America doesn’t need a maverick

Suppose the University president decides to leave us for greener pastures, and the Board of Trustees embarks on a search for someone to succeed her. Would the BOT consider a soccer mom with a bachelor’s degree for the job, with or without lipstick? Probably not. Would the BOT select a person whose intellectual prowess is less than outstanding? Also not likely.

The president of the United States is one of the most powerful people in the world. He shoulders awesome responsibilities — his words and actions have profound consequences on our nation and on people across the globe.

As the presidency of George W. Bush winds down, he leaves behind a country in shambles. As a result of his leadership, U.S. standing in the world community is at its lowest point — thousands of U.S. troops and citizens have died and tens of thousands have been maimed for life while hundreds of thousands of Iraqis have been killed and millions displaced.

Meanwhile, our Constitution has been trashed, human rights have been violated and, according to Alan Greenspan, the nation is in a “once-in-a-century financial crisis.” This reminds me of King Louis XIV of France, who was reported to have said: “Apres moi, le deluge.” In other words, let those who succeed me clean up the mess. This illustrates that it takes more than a popular governor of a state to become a successful president of a country.

When it comes to this election’s candidates, America has an intelligent, well-educated Harvard graduate and a constitutional law scholar on one hand, and a “maverick” — make that a pair of mavericks — on the other. Some disparage and dismiss the former by ridiculing his academic achievements and call him an “elitist” and “untested.”

What was Sen. John McCain thinking when he chose Alaska Gov. Sarah Palin for his running mate? His selection is crucial and this calls his judgment into question. He probably has many more years to serve this country, but the strong probability remains that his age might very well catapult the vice president to the presidency. Therefore, a close look at the governor is imperative.

We are told that Palin is a maverick in her own right with expertise in energy and international savvy. What makes her an expert on international affairs? Well, she visited Kuwait and thought that she had visited Iraq, CNN reported. Her plane had a stopover at the airport in Ireland to refuel, stated, so she understands the Europeans, and she sat on her porch and saw Russia across the Bering Strait with Putin’s planes in Alaska’s airspace.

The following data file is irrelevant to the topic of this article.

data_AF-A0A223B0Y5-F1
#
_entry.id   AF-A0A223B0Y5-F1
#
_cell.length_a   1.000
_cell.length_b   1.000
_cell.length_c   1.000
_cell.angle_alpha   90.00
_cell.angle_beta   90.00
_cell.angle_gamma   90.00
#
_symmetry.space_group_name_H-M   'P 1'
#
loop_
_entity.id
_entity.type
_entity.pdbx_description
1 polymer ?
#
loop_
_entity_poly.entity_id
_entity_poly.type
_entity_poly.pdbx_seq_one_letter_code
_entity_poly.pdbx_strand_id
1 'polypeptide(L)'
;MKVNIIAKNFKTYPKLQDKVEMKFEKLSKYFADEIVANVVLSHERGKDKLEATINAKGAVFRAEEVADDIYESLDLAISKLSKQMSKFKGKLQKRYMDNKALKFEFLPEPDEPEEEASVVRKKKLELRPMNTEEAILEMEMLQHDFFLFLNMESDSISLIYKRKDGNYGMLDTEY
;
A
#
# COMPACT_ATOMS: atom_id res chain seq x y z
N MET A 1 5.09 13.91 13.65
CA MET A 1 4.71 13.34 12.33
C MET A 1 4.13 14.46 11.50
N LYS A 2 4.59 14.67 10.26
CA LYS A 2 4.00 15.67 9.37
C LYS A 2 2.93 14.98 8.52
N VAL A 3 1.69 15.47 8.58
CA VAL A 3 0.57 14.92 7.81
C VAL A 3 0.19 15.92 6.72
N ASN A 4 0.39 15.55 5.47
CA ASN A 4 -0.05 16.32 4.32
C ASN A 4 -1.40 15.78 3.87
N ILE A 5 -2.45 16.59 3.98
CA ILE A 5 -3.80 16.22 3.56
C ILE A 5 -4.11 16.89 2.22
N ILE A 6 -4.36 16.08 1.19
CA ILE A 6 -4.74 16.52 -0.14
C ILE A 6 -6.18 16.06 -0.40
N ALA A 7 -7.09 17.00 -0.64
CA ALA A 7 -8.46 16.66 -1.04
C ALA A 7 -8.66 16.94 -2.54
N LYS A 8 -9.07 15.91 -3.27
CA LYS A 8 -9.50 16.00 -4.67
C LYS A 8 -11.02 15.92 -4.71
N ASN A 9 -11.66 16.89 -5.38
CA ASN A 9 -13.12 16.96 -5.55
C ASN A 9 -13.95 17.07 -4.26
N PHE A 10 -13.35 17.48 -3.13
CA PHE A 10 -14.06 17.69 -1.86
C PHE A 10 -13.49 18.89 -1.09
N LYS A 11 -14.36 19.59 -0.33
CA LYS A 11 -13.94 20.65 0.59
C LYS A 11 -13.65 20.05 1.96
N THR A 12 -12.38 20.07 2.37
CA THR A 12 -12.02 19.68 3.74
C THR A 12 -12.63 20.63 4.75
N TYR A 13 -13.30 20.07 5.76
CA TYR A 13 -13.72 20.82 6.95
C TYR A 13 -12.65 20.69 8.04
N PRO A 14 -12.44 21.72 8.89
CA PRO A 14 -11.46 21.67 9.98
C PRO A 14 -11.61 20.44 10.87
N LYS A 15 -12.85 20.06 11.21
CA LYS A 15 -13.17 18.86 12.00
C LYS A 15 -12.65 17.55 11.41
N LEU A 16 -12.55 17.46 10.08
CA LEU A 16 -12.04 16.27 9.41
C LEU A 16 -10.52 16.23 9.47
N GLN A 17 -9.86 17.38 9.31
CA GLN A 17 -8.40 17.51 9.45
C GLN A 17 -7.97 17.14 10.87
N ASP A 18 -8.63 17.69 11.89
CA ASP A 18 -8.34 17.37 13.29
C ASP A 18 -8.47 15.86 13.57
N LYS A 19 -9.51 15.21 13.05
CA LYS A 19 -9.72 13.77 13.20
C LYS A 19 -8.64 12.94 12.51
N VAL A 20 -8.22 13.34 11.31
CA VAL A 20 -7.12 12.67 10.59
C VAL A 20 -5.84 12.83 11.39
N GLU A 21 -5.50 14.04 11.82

As for her education, Palin hopped from one college to another: Hawaii Pacific University, North Idaho College, the University of Idaho and Matanuska-Susitna College. Finally, after five years, she received her bachelor’s degree in communication-journalism. Communication? So, she can deliver a prepared speech to the delight of her admirers. What a maverick.

Her few national interviews offered hours of rib-cracking laughter. Soon, however, my laughter turned into pity for the governor and anger at McCain for putting her through such humiliating performances.

Setting his choice for a vice president aside, no one can take away McCain’s service in the military. What he endured in the prisons of Hanoi was heroic and calls for our understanding and admiration. But McCain is running for president. Does he have what it takes to assume that position?

In March of this year McCain — on a visit to Amman, Jordan — declared to dignitaries and the news media that Iran was supporting the Sunni militants in Iraq. Was it lack of knowledge, or a senior moment? Fortunately, Sen. Joe Lieberman was there to correct him. What a maverick.

On April 19, 2007, at a campaign rally in South Carolina, McCain was asked about Iran. With a take-off on a song by the Beach Boys, he sang “Bomb, bomb, bomb, bomb Iran,” NPR reported. Though he did not win an American Idol spot, he did send Iran a message. What a maverick.

It is said that McCain has a bad temper. Can you imagine what would happen if he were awakened at 3 a.m. and told about an attack on our embassy in Yemen? He would probably bomb, bomb, bomb Spain — for withdrawing their troops from Iraq — and turn his wrath on the Axis of Evil (Syria, North Korea and Iran). That way he could keep us safe.

Just in case he doesn’t wake up in time for the fireworks, we have his vice president who will keep us safe. Sleep well, America. On second thought, you better wake up!

For all students aspiring to become president — and some should — make sure you get a good, solid education. Remember, if you can’t dazzle them with brilliance, don’t baffle them with lipstick. A prerequisite for the position of president of the United States should be, at the very least, a high degree of education coupled with intellectual prowess.

I write this letter hoping that freedom of speech is alive and well in this country. In case that freedom has already been trashed, I invite my students and friends to come and visit with me at the seaside resort of Guantanamo Bay.

Manoug Manougian is mathematics professor.